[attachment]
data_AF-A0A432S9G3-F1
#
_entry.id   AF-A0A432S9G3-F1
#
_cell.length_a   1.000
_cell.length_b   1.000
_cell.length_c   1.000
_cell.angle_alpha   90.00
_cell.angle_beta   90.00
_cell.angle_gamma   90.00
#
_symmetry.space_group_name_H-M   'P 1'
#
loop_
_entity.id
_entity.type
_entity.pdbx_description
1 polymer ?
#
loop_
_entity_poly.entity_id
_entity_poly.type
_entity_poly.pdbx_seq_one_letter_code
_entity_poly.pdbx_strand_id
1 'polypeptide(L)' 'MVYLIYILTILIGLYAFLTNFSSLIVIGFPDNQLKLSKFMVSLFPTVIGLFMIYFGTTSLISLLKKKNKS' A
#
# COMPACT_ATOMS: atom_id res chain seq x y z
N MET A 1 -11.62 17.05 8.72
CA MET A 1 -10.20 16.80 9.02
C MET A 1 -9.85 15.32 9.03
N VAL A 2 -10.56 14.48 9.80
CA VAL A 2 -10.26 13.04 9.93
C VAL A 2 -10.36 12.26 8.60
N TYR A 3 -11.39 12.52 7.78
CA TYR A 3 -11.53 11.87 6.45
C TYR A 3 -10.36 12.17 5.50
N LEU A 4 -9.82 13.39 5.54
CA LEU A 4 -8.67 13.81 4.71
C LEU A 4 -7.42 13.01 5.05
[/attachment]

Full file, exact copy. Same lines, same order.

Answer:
data_AF-A0A432S9G3-F1
#
_entry.id   AF-A0A432S9G3-F1
#
_cell.length_a   1.000
_cell.length_b   1.000
_cell.length_c   1.000
_cell.angle_alpha   90.00
_cell.angle_beta   90.00
_cell.angle_gamma   90.00
#
_symmetry.space_group_name_H-M   'P 1'
#
loop_
_entity.id
_entity.type
_entity.pdbx_description
1 polymer ?
#
loop_
_entity_poly.entity_id
_entity_poly.type
_entity_poly.pdbx_seq_one_letter_code
_entity_poly.pdbx_strand_id
1 'polypeptide(L)' 'MVYLIYILTILIGLYAFLTNFSSLIVIGFPDNQLKLSKFMVSLFPTVIGLFMIYFGTTSLISLLKKKNKS' A
#
# COMPACT_ATOMS: atom_id res chain seq x y z
N MET A 1 -11.62 17.05 8.72
CA MET A 1 -10.20 16.80 9.02
C MET A 1 -9.85 15.32 9.03
N VAL A 2 -10.56 14.48 9.80
CA VAL A 2 -10.26 13.04 9.93
C VAL A 2 -10.36 12.26 8.60
N TYR A 3 -11.39 12.52 7.78
CA TYR A 3 -11.53 11.87 6.45
C TYR A 3 -10.36 12.17 5.50
N LEU A 4 -9.82 13.39 5.54
CA LEU A 4 -8.67 13.81 4.71
C LEU A 4 -7.42 13.01 5.05